A skinny robot documents the forces eroding a massive Antarctic glacier
Scientists got their first up-close look at what's eating away part of Antarctica's Thwaites ice shelf, nicknamed the Doomsday Glacier because of its massive melt and sea rise potential, and it's both good and bad news.
Using a 13-foot pencil-shaped robot that swam under the grounding line where ice first juts over the sea, scientists saw a shimmery critical point in Thwaites' chaotic breakup, "where it's melting so quickly there, there's just material streaming out of the glacier," said robot creator and polar scientist Britney Schmidt of Cornell University.
Before, scientists had no observations from this critical but hard-to-reach point on Thwaites. But with the robot named Icefin lowered down a slender 1,925-foot (587-meter) hole, they saw how important crevasses are in the fracturing of the ice, which takes the heaviest toll on the glacier, even more than melting. "That's how the glacier is falling apart. It's not thinning and going away. It shatters," said Schmidt, lead author of one of two studies in Wednesday's journal Nature.
That fracturing "potentially accelerates the overall demise of that ice shelf," said Paul Cutler, the Thwaites program director for the National Science Foundation who returned from the ice last week. "It's eventual mode of failure may be through falling apart."
The work comes out of a massive $50 million multi-year international research effort to better understand the widest glacier in the world. The Florida-sized glacier has gotten the nickname the "Doomsday Glacier" because of how much ice it has and how much seas could rise if it all melts — more than 2 feet (65 centimeters), though that's expected take hundreds of years.
The melting of Thwaites is dominated by what's happening underneath, where warmer water nibbles at the bottom, something called basal melting, said Peter Davis, an oceanographer at British Antarctic Survey who is a lead author of one of the studies.
"Thwaites is a rapidly changing system, much more rapidly changing than when we started this work five years ago and even since we were in the field three years ago," said Oregon State University ice researcher Erin Pettit, who wasn't part of either study. "I am definitely expecting the rapid change to continue and accelerate over the next few years."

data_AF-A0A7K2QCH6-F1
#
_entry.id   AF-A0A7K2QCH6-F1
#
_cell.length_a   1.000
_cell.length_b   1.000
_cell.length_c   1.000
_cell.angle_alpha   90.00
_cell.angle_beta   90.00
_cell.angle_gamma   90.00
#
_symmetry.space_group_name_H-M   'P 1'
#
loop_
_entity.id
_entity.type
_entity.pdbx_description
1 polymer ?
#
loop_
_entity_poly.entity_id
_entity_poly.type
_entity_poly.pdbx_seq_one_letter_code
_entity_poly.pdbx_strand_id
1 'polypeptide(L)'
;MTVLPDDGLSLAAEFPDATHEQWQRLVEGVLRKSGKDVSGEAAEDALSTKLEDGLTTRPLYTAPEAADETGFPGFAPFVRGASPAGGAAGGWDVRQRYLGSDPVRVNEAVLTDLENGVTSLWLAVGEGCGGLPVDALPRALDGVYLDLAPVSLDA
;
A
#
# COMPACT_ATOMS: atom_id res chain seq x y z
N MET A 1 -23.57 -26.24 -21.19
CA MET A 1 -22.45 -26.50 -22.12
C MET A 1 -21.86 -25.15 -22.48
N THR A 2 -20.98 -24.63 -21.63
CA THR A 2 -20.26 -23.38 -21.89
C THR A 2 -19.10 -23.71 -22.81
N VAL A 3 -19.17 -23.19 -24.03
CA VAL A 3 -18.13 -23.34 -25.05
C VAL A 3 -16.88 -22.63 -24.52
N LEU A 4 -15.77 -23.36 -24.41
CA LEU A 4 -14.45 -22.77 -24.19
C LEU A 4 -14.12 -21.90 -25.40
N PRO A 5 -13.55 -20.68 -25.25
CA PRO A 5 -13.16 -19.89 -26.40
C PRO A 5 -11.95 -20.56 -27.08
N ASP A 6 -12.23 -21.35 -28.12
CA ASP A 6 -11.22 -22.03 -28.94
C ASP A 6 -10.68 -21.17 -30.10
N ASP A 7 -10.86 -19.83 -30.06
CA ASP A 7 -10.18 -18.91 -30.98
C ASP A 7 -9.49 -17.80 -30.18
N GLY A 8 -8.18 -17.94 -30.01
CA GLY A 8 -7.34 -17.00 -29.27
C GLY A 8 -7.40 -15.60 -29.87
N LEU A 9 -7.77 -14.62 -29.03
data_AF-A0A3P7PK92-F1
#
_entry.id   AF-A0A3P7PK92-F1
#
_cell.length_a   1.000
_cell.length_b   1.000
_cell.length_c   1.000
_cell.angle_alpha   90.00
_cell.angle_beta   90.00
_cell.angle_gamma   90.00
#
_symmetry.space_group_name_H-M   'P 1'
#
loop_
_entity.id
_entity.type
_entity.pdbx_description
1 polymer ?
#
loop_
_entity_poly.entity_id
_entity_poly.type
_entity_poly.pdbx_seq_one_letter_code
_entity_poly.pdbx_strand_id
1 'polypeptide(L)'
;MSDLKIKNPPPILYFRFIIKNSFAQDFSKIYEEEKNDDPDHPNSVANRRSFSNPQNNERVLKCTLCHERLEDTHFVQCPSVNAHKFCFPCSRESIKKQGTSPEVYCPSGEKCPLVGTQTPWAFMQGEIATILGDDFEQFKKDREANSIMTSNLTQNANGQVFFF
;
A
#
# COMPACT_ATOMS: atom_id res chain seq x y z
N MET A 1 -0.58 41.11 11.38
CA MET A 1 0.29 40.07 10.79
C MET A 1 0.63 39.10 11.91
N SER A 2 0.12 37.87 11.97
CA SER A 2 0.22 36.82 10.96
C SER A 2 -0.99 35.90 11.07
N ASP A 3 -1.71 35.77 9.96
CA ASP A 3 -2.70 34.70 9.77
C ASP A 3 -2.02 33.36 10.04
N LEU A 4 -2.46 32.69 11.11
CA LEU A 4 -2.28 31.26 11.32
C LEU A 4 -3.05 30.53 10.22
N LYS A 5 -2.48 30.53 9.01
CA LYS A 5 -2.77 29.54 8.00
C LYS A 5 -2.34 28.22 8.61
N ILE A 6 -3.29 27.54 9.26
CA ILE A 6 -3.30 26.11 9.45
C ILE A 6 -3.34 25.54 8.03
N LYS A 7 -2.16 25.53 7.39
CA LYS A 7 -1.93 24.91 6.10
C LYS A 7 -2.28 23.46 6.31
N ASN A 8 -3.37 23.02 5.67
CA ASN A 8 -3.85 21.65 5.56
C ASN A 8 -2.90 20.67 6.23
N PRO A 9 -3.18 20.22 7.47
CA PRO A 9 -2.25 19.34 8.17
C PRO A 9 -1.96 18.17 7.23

Pennsylvania State University glaciologist Richard Alley, who also wasn't part of the studies, said the new work "gives us an important look at processes affecting the crevasses that might eventually break and cause loss of much of the ice shelf."
The good news: Much of the flat underwater area they explored is melting much slower than they expected. The bad news: That doesn't really change how much ice is coming off the land part of the glacier and driving up sea levels, Davis said.
Davis said the melting isn't nearly the problem at Thwaites that glacier retreat is. The more the glacier breaks up or retreats, the more ice floats in water. When ice is on ground as part of the glacier it isn't part of sea rise, but when it breaks off land and then goes onto water it adds to the overall water level by displacement, just as ice added to a glass of water raises water level.
And more bad news: This is from the eastern, larger and more stable part of Thwaites. Researchers couldn't safely land a plane and drill a hole in the ice in the main trunk, which is breaking up much faster. And they also found staircase-like steps, those crevasses, in parts of the more stable eastern side where the break-up is far faster and worse.
The key to seeing exactly how bad conditions are on the glacier would require going to the main trunk and looking at the melting from below. But that would require a helicopter to land on the ice instead of a heavier airplane and would be incredibly difficult, said studies co-author Eric Rignot of the University of California Irvine.
The main trunk's glacier surface "is so messed up by crevasses it looks like a set of sugar cubes almost. There's no place to land a plane," NSF's Cutler said.
Ted Scambos of the National Snow and Ice Data Center, who wasn't part of the studies, said the results add to understanding how Thwaites is diminishing.
"Unfortunately, this is still going to be a major issue a century from now," Scambos said in an email. "But our better understanding gives us some time to take action to slow the pace of sea level rise."
When the skinny robot wended its way through the hole in the ice – made by a jet of hot water – the cameras showed not just the melting water, the crucial crevasses and seabed. It showed critters, especially sea anemones, swimming under the ice.
"To accidentally find them here in this environment was really, really cool," Schmidt said in an interview. "We were so tired that you kind of wonder like, 'am I really seeing what I'm seeing?' You know because there are these little creepy alien guys (the anemones) hanging out on the ice-ocean interface.
"In the background is like all these sparkling stars that are like rocks and sediment and things that were picked up from the glacier," Schmidt said. "And then the anemones. It's really kind of a wild experience."
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